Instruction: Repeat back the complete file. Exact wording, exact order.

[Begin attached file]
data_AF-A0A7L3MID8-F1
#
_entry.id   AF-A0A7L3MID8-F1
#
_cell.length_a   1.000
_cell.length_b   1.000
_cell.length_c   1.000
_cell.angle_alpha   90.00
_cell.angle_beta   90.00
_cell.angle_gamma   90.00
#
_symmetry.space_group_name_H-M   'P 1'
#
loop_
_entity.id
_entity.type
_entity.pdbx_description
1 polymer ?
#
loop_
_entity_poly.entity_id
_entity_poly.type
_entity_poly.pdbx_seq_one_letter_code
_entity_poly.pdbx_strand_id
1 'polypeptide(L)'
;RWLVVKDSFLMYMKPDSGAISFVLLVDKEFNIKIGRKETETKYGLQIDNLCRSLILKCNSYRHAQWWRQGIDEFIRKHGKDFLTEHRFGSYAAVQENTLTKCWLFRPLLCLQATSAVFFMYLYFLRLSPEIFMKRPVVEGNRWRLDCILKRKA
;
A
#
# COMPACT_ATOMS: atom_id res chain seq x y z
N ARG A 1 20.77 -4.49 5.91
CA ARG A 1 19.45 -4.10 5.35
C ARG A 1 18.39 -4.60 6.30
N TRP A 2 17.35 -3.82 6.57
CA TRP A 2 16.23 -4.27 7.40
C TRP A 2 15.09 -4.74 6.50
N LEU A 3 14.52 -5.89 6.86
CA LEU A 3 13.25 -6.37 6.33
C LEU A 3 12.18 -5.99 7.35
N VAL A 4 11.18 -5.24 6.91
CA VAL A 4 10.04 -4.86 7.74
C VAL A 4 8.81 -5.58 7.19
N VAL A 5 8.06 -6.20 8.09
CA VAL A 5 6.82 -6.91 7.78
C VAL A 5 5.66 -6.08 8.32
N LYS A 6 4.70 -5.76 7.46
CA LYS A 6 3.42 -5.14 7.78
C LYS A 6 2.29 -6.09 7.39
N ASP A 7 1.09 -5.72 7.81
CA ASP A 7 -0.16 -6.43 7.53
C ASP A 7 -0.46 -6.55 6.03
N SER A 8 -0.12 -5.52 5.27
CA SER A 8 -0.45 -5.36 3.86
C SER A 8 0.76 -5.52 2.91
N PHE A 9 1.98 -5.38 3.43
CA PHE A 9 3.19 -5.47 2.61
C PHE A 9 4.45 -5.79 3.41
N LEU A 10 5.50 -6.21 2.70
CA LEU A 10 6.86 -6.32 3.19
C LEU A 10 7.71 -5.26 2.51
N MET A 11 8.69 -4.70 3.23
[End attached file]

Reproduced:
data_AF-A0A7L3MID8-F1
#
_entry.id   AF-A0A7L3MID8-F1
#
_cell.length_a   1.000
_cell.length_b   1.000
_cell.length_c   1.000
_cell.angle_alpha   90.00
_cell.angle_beta   90.00
_cell.angle_gamma   90.00
#
_symmetry.space_group_name_H-M   'P 1'
#
loop_
_entity.id
_entity.type
_entity.pdbx_description
1 polymer ?
#
loop_
_entity_poly.entity_id
_entity_poly.type
_entity_poly.pdbx_seq_one_letter_code
_entity_poly.pdbx_strand_id
1 'polypeptide(L)'
;RWLVVKDSFLMYMKPDSGAISFVLLVDKEFNIKIGRKETETKYGLQIDNLCRSLILKCNSYRHAQWWRQGIDEFIRKHGKDFLTEHRFGSYAAVQENTLTKCWLFRPLLCLQATSAVFFMYLYFLRLSPEIFMKRPVVEGNRWRLDCILKRKA
;
A
#
# COMPACT_ATOMS: atom_id res chain seq x y z
N ARG A 1 20.77 -4.49 5.91
CA ARG A 1 19.45 -4.10 5.35
C ARG A 1 18.39 -4.60 6.30
N TRP A 2 17.35 -3.82 6.57
CA TRP A 2 16.23 -4.27 7.40
C TRP A 2 15.09 -4.74 6.50
N LEU A 3 14.52 -5.89 6.86
CA LEU A 3 13.25 -6.37 6.33
C LEU A 3 12.18 -5.99 7.35
N VAL A 4 11.18 -5.24 6.91
CA VAL A 4 10.04 -4.86 7.74
C VAL A 4 8.81 -5.58 7.19
N VAL A 5 8.06 -6.20 8.09
CA VAL A 5 6.82 -6.91 7.78
C VAL A 5 5.66 -6.08 8.32
N LYS A 6 4.70 -5.76 7.46
CA LYS A 6 3.42 -5.14 7.78
C LYS A 6 2.29 -6.09 7.39
N ASP A 7 1.09 -5.72 7.81
CA ASP A 7 -0.16 -6.43 7.53
C ASP A 7 -0.46 -6.55 6.03
N SER A 8 -0.12 -5.52 5.27
CA SER A 8 -0.45 -5.36 3.86
C SER A 8 0.76 -5.52 2.91
N PHE A 9 1.98 -5.38 3.43
CA PHE A 9 3.19 -5.47 2.61
C PHE A 9 4.45 -5.79 3.41
N LEU A 10 5.50 -6.21 2.70
CA LEU A 10 6.86 -6.32 3.19
C LEU A 10 7.71 -5.26 2.51
N MET A 11 8.69 -4.70 3.23